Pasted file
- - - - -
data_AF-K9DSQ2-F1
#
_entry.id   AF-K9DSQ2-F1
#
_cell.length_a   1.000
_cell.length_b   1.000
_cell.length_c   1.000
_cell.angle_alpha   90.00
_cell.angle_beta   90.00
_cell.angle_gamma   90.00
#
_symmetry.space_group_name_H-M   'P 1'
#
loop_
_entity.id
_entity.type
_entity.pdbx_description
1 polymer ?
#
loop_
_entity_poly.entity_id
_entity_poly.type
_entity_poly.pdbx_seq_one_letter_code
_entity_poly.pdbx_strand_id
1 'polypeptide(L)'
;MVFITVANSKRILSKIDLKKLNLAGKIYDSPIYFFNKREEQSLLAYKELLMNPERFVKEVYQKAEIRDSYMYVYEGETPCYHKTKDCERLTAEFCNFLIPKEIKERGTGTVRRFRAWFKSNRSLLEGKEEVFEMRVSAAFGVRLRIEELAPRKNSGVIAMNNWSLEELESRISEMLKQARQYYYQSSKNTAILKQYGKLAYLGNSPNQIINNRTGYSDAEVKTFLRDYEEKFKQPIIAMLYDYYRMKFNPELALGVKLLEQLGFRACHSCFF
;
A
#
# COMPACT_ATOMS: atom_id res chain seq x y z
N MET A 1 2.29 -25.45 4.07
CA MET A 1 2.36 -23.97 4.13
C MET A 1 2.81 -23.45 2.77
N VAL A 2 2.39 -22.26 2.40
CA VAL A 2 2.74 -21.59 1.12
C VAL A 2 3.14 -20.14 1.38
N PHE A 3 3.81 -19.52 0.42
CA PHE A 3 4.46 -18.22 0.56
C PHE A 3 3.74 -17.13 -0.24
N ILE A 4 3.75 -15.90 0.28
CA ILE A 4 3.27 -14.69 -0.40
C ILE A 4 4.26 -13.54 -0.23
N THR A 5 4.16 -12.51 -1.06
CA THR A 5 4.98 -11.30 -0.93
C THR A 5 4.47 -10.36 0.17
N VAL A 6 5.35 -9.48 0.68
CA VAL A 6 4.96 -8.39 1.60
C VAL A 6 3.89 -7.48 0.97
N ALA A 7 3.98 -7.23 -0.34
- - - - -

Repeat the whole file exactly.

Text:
data_AF-K9DSQ2-F1
#
_entry.id   AF-K9DSQ2-F1
#
_cell.length_a   1.000
_cell.length_b   1.000
_cell.length_c   1.000
_cell.angle_alpha   90.00
_cell.angle_beta   90.00
_cell.angle_gamma   90.00
#
_symmetry.space_group_name_H-M   'P 1'
#
loop_
_entity.id
_entity.type
_entity.pdbx_description
1 polymer ?
#
loop_
_entity_poly.entity_id
_entity_poly.type
_entity_poly.pdbx_seq_one_letter_code
_entity_poly.pdbx_strand_id
1 'polypeptide(L)'
;MVFITVANSKRILSKIDLKKLNLAGKIYDSPIYFFNKREEQSLLAYKELLMNPERFVKEVYQKAEIRDSYMYVYEGETPCYHKTKDCERLTAEFCNFLIPKEIKERGTGTVRRFRAWFKSNRSLLEGKEEVFEMRVSAAFGVRLRIEELAPRKNSGVIAMNNWSLEELESRISEMLKQARQYYYQSSKNTAILKQYGKLAYLGNSPNQIINNRTGYSDAEVKTFLRDYEEKFKQPIIAMLYDYYRMKFNPELALGVKLLEQLGFRACHSCFF
;
A
#
# COMPACT_ATOMS: atom_id res chain seq x y z
N MET A 1 2.29 -25.45 4.07
CA MET A 1 2.36 -23.97 4.13
C MET A 1 2.81 -23.45 2.77
N VAL A 2 2.39 -22.26 2.40
CA VAL A 2 2.74 -21.59 1.12
C VAL A 2 3.14 -20.14 1.38
N PHE A 3 3.81 -19.52 0.42
CA PHE A 3 4.46 -18.22 0.56
C PHE A 3 3.74 -17.13 -0.24
N ILE A 4 3.75 -15.90 0.28
CA ILE A 4 3.27 -14.69 -0.40
C ILE A 4 4.26 -13.54 -0.23
N THR A 5 4.16 -12.51 -1.06
CA THR A 5 4.98 -11.30 -0.93
C THR A 5 4.47 -10.36 0.17
N VAL A 6 5.35 -9.48 0.68
CA VAL A 6 4.96 -8.39 1.60
C VAL A 6 3.89 -7.48 0.97
N ALA A 7 3.98 -7.23 -0.34